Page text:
On Connections and Intentions
From separate corners of the legal blogosphere yesterday come two meditations on balancing life and lawyering.
One considers the importance of connections, the other considers intentions.
For Arnie Herz at Legal Sanity, changes in his two children's social connections inspire thoughts about connections in lawyers' lives. As each child prepares to move up to a new school in September, Herz observes how they find security and happiness in their relationships with other children who share common interests.
Lawyers, too, can "thrive on such interest-based connections," Herz believes. Many lawyers tell Herz that they feel isolated and lonely even through they are surrounded by any number of co-workers every day. Law firms can address this lack of esprit de corps, he believes, through broader encouragement of affinity groups -- not just built around common denominators such as race, ethnicity, gender and sexual orientation but around any number of shared interests: books, travel, music.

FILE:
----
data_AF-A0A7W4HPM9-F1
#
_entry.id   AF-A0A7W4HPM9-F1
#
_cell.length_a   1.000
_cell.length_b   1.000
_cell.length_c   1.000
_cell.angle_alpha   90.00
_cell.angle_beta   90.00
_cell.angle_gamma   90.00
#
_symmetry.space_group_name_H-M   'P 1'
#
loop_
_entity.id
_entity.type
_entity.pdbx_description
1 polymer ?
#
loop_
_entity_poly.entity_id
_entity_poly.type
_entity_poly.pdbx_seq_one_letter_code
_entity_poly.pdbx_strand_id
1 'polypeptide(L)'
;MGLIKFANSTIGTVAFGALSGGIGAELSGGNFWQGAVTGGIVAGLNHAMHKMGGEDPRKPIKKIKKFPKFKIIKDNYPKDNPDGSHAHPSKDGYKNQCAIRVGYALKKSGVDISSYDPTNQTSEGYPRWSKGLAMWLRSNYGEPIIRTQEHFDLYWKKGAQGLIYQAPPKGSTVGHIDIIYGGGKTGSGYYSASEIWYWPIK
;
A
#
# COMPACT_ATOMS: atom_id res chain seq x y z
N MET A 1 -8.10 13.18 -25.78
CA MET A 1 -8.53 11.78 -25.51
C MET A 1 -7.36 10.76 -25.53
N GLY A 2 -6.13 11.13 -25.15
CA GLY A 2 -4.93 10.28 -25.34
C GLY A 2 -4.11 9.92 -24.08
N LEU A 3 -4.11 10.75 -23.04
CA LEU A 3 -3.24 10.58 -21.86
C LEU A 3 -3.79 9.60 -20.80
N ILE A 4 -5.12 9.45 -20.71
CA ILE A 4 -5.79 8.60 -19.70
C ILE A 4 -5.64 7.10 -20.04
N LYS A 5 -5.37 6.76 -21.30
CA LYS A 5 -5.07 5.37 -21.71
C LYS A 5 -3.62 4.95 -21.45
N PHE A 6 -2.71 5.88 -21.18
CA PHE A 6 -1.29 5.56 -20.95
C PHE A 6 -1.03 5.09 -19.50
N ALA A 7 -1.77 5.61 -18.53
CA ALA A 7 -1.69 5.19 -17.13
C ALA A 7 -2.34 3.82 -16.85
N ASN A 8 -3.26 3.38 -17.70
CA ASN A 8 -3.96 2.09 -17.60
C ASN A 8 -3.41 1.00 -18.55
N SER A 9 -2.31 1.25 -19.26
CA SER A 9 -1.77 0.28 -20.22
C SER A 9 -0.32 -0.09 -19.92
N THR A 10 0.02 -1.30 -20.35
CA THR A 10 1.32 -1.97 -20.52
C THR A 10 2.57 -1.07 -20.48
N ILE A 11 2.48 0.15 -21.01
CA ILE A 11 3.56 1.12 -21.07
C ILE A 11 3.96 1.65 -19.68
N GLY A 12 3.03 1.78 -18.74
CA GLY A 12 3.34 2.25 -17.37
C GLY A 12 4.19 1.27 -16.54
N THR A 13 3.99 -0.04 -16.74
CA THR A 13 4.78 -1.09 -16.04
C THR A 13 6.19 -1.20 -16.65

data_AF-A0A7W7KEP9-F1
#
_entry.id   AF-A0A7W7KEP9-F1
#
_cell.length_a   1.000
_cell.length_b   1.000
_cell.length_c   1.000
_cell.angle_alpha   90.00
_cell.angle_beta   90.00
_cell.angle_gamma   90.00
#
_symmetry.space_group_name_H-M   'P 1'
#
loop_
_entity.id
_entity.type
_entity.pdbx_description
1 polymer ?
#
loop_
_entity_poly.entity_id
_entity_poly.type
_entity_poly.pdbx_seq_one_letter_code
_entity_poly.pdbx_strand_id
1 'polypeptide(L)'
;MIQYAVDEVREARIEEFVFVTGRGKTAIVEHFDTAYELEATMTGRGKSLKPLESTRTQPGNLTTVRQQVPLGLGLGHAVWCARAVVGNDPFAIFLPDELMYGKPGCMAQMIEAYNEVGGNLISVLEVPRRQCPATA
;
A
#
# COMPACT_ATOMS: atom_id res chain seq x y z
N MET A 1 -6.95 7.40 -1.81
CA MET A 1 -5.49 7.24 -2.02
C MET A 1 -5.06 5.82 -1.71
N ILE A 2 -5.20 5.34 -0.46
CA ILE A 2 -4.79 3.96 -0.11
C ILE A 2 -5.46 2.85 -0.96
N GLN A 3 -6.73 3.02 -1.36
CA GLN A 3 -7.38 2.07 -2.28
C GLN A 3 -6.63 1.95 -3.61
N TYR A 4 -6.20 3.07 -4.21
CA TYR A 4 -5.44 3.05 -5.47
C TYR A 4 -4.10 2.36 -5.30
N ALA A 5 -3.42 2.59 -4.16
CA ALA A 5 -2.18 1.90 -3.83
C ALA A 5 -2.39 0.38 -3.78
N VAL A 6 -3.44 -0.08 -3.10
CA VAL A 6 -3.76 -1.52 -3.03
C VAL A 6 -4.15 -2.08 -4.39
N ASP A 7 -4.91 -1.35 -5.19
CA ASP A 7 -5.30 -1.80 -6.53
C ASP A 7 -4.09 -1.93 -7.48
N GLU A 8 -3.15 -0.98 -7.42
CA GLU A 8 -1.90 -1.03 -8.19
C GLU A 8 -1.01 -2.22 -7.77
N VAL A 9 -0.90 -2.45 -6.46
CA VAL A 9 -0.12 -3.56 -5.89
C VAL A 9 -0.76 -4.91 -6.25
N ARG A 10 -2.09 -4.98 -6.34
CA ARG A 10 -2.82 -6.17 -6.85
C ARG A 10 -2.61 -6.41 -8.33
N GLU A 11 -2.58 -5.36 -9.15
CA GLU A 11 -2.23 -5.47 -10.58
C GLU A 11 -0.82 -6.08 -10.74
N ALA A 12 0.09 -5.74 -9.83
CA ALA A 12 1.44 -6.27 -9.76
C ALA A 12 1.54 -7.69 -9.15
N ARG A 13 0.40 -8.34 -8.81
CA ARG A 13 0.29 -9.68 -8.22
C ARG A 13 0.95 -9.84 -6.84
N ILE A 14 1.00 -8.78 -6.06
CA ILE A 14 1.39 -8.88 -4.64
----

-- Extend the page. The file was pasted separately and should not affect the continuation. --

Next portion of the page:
"Regardless of their focus, they hold great potential for fostering the kind of employee bonds that compel career contentment and thwart attrition."
Family also provided the inspiration for Ernest Svenson's mediation at Ernie the Attorney. In his case, it was an introspective e-mail from his brother on his hard road to learning the lesson, "We're all responsible for our own successes and failures." Says Svenson:
"I'm still learning this lesson, which is unfortunate, but at least I'm narrowing down the list of people who I can fault for my failures. I'm down to one."
Rather than focus on blame, Svenson decides to act, waking yesterday at 5:45 a.m. to resume theyoga class he'd stopped many months earlier. It was the same instructor, one who'd started every class by asking everyone to examine their intentions. Until yesterday, Svenson wrote, he had never understood what the instructor meant by that. Then yesterday, he said, he finally understood: "The question is not what we are, but what we're going to do about it."
Posted by Robert J. Ambrogi on June 20, 2006 at 05:20 PM | Permalink
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